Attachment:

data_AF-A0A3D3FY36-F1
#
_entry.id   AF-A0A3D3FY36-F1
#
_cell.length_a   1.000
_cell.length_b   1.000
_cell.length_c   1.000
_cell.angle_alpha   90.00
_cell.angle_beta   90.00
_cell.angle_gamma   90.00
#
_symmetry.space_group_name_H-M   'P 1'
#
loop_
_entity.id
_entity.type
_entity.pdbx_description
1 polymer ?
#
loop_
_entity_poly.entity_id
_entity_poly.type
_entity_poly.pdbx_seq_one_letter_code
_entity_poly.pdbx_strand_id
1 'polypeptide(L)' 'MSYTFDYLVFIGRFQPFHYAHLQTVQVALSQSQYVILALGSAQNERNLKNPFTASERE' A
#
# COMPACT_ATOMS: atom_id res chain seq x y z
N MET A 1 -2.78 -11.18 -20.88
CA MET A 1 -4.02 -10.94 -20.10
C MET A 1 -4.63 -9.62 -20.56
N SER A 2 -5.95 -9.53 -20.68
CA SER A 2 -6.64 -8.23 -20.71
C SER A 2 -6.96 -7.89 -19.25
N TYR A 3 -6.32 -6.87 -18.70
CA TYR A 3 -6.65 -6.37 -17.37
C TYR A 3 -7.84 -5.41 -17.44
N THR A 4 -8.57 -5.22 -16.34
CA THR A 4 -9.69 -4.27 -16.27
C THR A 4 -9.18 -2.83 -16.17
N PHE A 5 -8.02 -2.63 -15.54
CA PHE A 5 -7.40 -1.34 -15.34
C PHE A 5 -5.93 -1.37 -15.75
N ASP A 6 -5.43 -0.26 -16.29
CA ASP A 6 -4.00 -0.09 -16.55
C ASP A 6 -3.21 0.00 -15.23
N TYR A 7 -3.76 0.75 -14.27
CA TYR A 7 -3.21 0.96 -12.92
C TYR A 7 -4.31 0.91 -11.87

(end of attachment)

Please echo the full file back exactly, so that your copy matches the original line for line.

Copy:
data_AF-A0A3D3FY36-F1
#
_entry.id   AF-A0A3D3FY36-F1
#
_cell.length_a   1.000
_cell.length_b   1.000
_cell.length_c   1.000
_cell.angle_alpha   90.00
_cell.angle_beta   90.00
_cell.angle_gamma   90.00
#
_symmetry.space_group_name_H-M   'P 1'
#
loop_
_entity.id
_entity.type
_entity.pdbx_description
1 polymer ?
#
loop_
_entity_poly.entity_id
_entity_poly.type
_entity_poly.pdbx_seq_one_letter_code
_entity_poly.pdbx_strand_id
1 'polypeptide(L)' 'MSYTFDYLVFIGRFQPFHYAHLQTVQVALSQSQYVILALGSAQNERNLKNPFTASERE' A
#
# COMPACT_ATOMS: atom_id res chain seq x y z
N MET A 1 -2.78 -11.18 -20.88
CA MET A 1 -4.02 -10.94 -20.10
C MET A 1 -4.63 -9.62 -20.56
N SER A 2 -5.95 -9.53 -20.68
CA SER A 2 -6.64 -8.23 -20.71
C SER A 2 -6.96 -7.89 -19.25
N TYR A 3 -6.32 -6.87 -18.70
CA TYR A 3 -6.65 -6.37 -17.37
C TYR A 3 -7.84 -5.41 -17.44
N THR A 4 -8.57 -5.22 -16.34
CA THR A 4 -9.69 -4.27 -16.27
C THR A 4 -9.18 -2.83 -16.17
N PHE A 5 -8.02 -2.63 -15.54
CA PHE A 5 -7.40 -1.34 -15.34
C PHE A 5 -5.93 -1.37 -15.75
N ASP A 6 -5.43 -0.26 -16.29
CA ASP A 6 -4.00 -0.09 -16.55
C ASP A 6 -3.21 0.00 -15.23
N TYR A 7 -3.76 0.75 -14.27
CA TYR A 7 -3.21 0.96 -12.92
C TYR A 7 -4.31 0.91 -11.87